A Clemson University professor has shared research findings on police use of force with the National Academies of Sciences, Engineering and Medicine to help inform international policy.
Kyle McLean, assistant professor in the Department of Sociology, Anthropology and Criminal Justice, published a sweeping review of research related to domestic police use of force and presented findings to members of the National Academies Committee on Law and Justice last year.
Prompted by a request from the U.S. Department of State, which provides foreign assistance and support for criminal justice systems in approximately 90 countries, the Committee on Law and Justice enlisted the help of an ad hoc committee and experts in the field of criminology to examine use of force practices and policies from a research perspective.
Along with colleagues from the University of South Carolina and Griffith University, McLean reviewed existing research to determine if there was adequate evidence to understand, explain and regulate police use of force in domestic and international contexts. In addition to research, McLean met with colleagues at the committee’s information gathering workshop to present findings in police training, supervision, policies and accountability.
McLean said an abundance of theories and lack of rigorous evaluation has left a deficit in this critical area of research. His report to the National Academies suggested the need for greater resources to study effective use of force practices that inform policy recommendations and protect the population, including officers themselves.
While the research compilation focused on institutions, laws and procedures specific to the United States, McLean found the issues to be relevant in other national contexts – and applicable to criminal justice systems internationally.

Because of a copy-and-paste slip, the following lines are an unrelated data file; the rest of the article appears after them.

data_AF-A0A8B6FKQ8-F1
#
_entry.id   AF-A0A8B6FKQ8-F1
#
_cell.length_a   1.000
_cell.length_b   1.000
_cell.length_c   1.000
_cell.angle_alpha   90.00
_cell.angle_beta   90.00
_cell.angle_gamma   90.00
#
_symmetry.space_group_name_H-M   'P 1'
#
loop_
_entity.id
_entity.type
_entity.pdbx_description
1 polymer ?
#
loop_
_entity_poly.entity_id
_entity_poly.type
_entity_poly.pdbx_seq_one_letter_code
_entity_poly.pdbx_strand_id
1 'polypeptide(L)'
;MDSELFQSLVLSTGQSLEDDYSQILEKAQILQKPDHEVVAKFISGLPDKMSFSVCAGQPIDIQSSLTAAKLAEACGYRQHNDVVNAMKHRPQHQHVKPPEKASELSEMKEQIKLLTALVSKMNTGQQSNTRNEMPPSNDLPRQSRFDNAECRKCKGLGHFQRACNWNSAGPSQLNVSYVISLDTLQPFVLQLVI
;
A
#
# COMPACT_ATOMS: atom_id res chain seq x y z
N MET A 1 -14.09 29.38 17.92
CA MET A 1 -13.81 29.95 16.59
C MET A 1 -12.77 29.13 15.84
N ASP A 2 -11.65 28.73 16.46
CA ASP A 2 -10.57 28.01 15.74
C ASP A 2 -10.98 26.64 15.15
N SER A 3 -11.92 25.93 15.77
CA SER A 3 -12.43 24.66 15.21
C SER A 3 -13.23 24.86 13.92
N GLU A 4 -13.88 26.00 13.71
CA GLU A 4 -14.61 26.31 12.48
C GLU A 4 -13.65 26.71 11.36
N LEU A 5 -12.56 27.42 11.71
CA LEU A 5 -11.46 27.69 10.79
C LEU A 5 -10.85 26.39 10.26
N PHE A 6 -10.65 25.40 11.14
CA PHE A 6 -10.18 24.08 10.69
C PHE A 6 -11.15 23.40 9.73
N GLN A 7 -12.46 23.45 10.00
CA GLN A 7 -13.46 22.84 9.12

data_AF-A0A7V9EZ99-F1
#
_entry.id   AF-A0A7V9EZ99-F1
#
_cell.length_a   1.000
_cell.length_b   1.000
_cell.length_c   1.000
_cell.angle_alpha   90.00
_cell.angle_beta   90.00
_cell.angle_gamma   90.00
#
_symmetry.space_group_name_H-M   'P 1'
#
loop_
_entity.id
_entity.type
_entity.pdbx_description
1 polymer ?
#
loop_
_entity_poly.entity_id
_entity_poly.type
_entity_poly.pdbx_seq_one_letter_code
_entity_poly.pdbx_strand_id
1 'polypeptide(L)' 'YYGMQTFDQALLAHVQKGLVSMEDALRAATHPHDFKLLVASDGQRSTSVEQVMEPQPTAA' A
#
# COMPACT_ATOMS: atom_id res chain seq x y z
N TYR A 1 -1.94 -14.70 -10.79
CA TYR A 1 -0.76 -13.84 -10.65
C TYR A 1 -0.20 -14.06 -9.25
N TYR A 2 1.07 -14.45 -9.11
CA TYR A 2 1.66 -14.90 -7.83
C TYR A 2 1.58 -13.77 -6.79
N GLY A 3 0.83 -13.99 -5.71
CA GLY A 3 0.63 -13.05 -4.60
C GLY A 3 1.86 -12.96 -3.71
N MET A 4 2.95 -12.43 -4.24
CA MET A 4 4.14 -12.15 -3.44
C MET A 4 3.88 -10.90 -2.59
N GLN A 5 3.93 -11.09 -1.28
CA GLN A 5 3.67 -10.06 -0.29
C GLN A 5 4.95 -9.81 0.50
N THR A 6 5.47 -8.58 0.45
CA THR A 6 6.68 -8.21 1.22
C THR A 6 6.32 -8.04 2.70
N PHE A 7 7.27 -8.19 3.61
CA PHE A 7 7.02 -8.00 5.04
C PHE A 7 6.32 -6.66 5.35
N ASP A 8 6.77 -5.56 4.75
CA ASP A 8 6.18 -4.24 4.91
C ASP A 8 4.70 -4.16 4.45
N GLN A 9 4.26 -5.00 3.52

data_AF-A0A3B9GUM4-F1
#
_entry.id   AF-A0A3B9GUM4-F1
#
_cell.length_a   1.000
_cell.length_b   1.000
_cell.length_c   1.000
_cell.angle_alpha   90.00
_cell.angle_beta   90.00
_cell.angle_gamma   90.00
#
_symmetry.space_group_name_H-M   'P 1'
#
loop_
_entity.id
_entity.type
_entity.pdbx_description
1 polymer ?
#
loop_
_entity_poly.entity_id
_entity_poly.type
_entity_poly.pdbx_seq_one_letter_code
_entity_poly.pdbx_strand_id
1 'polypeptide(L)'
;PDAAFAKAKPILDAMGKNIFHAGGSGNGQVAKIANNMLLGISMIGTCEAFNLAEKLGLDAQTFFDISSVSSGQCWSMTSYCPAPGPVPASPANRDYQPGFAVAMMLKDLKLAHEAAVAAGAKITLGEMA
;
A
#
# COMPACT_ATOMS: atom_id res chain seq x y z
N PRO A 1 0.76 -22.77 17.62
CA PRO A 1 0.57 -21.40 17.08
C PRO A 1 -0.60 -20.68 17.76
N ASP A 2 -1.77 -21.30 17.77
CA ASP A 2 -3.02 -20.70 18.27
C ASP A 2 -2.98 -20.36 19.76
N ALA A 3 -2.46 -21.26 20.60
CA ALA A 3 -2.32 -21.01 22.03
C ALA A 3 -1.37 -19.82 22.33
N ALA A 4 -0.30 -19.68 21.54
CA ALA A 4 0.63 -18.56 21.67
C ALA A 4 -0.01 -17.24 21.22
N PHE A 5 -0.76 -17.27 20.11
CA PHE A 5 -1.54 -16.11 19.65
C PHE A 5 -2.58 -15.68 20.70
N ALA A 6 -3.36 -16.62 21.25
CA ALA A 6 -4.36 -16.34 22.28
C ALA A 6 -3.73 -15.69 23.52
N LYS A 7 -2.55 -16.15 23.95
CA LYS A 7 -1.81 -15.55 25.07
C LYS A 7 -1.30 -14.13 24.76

After reviewing research from McLean and other field experts, the committee published a comprehensive report, Policies and Practices to Minimize Police Use of Force Internationally, and a five book series assessing all aspects of domestic and international policing in order to make research-driven recommendations to advance reform across all global security and justice sectors.
The Department of Sociology, Anthropology and Criminal Justice is part of the University’s College of Behavioral, Social and Health Sciences (CBSHS). Established in July 2016, CBSHS is a 21st-century, land-grant college that combines work in seven disciplines – communication; nursing; parks, recreation and tourism management; political science; psychology; public health sciences; sociology, anthropology and criminal justice – to further its mission of “building people and communities” in South Carolina and beyond.
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